Skincare. It's the hot button topic in the beauty world and everywhere you look, there's a new product to fill our carts with both online and in store.
As brands increase their awareness surrounding "inclusion," it's important to note that many Black women deal with skin issues that individuals of other ethnic groups don't experience. So how exactly do we know what products to put our dollars towards and which ones to leave on the shelf? When all else fails, there's nothing wrong with asking for some expert help, so we called in a doctor, literally.
Dr. Tiffany Clay is a board-certified dermatologist based in the heart of Atlanta, Georgia. After struggling with skin issues ranging from pubescent acne to eczema in her early 20's, Dr. Clay now finds herself assisting others with their skin issues through general dermatology and cosmetic procedures. She also uses her platform to increase awareness surrounding skin care education. She stresses that like most health concerns, "Things don't have to be terrible for you to go to the dermatologist."
These days, it may seem as if just about everyone with clear skin and a decent social media following can be a skincare guru, but nothing beats the real, board-certified deal! Today, the doctor is in to answer all of your most-asked skin care concerns:
What is the best way for people with oily skin to manage their skin type?
COSRXAHA/BHA Clarifying Treatment Toner, $17
Oily skin actually makes you look more youthful when you get older, so embrace that oily skin! They say that the oilier your skin is, the more plump your skin will become [as you age], which reduces wrinkle production. If you're more on the oily side, use products that are more clarifying and will keep you at a good pH balance.
Sometimes the thought is that if the skin is oilier, you want to dry it out, but your skin is going to realize that and produce more oil for you. Try not to go overboard with products that are going to make your skin feel squeaky clean; I recommend using a cleanser or toner that has a BHA and AHA, which will unclog the pores and remove the excess oil left on the skin.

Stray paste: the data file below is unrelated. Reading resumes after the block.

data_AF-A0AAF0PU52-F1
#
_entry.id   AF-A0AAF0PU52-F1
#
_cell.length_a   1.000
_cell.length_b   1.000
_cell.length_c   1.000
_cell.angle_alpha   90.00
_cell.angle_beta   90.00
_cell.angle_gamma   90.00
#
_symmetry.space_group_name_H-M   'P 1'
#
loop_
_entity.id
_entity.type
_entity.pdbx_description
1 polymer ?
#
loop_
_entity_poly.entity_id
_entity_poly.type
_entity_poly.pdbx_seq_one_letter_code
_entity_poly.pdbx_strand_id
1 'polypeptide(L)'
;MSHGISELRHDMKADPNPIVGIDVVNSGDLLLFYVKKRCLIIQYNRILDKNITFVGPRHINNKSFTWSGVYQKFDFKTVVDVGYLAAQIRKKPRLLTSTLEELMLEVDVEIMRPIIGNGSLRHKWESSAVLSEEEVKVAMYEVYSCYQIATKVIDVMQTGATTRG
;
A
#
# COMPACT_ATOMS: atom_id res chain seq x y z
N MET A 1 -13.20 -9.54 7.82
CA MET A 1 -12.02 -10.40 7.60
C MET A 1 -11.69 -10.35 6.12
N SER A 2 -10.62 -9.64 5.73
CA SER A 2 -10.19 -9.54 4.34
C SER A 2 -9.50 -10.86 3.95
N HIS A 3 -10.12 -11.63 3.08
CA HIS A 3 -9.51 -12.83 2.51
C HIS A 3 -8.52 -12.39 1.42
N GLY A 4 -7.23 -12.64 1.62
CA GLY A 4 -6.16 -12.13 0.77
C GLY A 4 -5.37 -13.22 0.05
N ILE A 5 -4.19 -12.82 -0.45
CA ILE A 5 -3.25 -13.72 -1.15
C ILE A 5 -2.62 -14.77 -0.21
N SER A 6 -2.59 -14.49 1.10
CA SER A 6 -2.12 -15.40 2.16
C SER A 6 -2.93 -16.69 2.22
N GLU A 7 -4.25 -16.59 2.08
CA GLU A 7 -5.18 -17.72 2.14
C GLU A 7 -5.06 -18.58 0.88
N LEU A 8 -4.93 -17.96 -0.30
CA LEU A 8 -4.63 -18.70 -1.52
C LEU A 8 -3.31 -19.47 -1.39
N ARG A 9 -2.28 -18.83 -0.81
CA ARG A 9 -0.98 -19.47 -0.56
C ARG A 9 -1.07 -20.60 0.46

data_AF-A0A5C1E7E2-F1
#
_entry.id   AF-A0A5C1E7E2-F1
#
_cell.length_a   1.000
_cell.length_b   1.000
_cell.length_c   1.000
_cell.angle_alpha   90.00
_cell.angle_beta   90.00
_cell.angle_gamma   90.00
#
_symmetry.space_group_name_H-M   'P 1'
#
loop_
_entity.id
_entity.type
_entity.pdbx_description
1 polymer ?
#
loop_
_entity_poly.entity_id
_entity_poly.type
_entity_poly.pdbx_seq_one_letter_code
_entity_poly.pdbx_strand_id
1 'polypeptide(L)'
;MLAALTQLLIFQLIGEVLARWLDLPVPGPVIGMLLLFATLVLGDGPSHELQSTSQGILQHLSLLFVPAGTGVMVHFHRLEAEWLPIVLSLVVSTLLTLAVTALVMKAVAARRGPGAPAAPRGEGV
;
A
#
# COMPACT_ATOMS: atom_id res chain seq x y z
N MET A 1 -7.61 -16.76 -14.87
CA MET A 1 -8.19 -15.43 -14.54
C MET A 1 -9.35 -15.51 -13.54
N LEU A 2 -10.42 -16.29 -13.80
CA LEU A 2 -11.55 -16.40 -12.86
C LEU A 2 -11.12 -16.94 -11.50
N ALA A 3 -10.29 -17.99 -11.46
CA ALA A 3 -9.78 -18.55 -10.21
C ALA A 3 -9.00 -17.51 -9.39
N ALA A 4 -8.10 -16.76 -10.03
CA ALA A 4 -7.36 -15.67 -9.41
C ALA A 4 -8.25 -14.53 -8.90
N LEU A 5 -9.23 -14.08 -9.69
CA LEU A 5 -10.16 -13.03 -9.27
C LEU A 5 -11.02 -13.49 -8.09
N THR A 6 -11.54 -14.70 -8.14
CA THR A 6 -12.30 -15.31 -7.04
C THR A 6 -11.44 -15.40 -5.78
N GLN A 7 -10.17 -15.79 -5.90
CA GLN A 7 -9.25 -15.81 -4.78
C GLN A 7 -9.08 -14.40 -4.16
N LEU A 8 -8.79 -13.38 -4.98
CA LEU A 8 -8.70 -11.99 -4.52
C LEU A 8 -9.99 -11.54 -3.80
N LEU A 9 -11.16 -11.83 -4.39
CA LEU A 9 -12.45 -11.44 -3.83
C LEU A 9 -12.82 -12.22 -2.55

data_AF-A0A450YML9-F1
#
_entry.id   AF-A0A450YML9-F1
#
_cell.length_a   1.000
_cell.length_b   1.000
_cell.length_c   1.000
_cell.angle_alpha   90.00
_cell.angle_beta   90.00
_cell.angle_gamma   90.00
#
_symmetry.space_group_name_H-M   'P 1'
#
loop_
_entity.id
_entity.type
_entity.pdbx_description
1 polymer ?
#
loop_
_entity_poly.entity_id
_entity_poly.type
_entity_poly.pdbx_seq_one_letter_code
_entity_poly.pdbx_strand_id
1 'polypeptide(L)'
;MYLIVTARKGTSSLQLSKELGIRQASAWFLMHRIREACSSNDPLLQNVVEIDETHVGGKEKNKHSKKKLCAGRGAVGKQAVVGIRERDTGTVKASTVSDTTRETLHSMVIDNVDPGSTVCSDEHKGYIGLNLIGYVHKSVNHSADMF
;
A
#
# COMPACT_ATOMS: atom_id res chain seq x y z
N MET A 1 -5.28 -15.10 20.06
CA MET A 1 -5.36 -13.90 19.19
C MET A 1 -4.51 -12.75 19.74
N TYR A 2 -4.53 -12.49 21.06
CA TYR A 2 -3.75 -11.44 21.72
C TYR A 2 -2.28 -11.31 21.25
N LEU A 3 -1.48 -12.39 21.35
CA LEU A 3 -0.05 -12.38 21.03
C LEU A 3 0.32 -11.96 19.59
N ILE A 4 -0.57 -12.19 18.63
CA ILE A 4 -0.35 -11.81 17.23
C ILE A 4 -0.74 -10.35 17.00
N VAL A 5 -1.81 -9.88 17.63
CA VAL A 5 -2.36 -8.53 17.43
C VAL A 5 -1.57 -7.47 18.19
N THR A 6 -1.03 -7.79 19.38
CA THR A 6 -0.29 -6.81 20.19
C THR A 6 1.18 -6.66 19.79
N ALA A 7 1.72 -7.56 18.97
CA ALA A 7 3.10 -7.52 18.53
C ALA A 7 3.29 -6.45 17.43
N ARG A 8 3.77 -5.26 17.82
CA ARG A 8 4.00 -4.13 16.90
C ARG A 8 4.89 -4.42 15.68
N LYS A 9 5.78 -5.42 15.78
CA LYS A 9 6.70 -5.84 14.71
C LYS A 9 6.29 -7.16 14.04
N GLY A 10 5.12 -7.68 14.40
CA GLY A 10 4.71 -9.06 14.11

Is there truly a way to minimize large pores?
Drunk Elephant T.L.C. Framboos™ Glycolic Night Serum, $90
Pores are a function of the structure for the rest of the skin, so you need healthy, plump skin to hold your pores together so they're not "looser," which makes them appears wider. As we age, the pores lose their structure by not being held up by the rest of the skin and that happens from day to day sun damage, not wearing sunscreen, and losing our collagen, which is one of the components that keeps our skin nice and tight.
When that happens, all of this breaks down our collagen then we realize our pores are wide. Also, make sure your pores are decongested from oil and dirt. You can do this by getting facials, extractions, or at home by using those acids like Beta Hydroxy Acid (BHA) and Hyaluronic Acid (HA), which are going to get those different components out of the pore. Then, you want to do something that's going to start to build up the skin structure again and tighten it. For this, there are Retinoids, which are Vitamin A derived creams and gels that you typically apply at night that helps you build new collagen in your skin.
What would you say is the best remedy for dark marks, acne scar, and hyperpigmentation?
Black Girl Sunscreen SPF 30, $18.99
Number one is always use sunscreen. As women of color, we aren't accustomed to wearing sunscreen and think we don't need sunscreen because we have melanin to protect our skin. But when we sit in the car and walk around outside, just those short few minutes that we're exposed to ultraviolet light can actually make our dark marks darker or make them not resolve as quickly as they could. You can't fade something if you're allowing it continuously get darker. So again, sunscreen! It's definitely a hard habit to get into but it's worth it. Also, don't pick your pimple. The short-term relief of it could resolute in the long-term effect of a dark spot.
There's this fad where people are using Apple Cider Vinegar, lemon juice, and toothpaste [on their face]. We don't think about it but a lot of these products are acidic and I haven't seen the cases where it works; I've only seen the cases where people come in with chemical burns on their dark spot or pimple and now we have even more hyperpigmentation to remove from the results of damaged skin. Lastly, if it's something that you're struggling with alone, just see a doctor because we could make it more manageable and clear it up faster than if you did it alone.
What sunscreen would you recommend for WOC?
EltaMD UV ClearBroad-Spectrum SPF 46
You always want to have a sunscreen that's an SPF 30 or higher. One of my favorite oil-free sunscreens is by EltaMD called UV Clear Broad-Spectrum. It's actually made for people with acne and hyperpigmentation. Another good one is CeraVe Ultra-Light Face Moisturizing Lotion SPF 30, which is really thin and light. For someone who needed something a little richer, Revision Multi-Protection Broad-Spectrum, and [it's] on the higher-end with built in anti-aging antioxidants.
Featured image by Getty Images.
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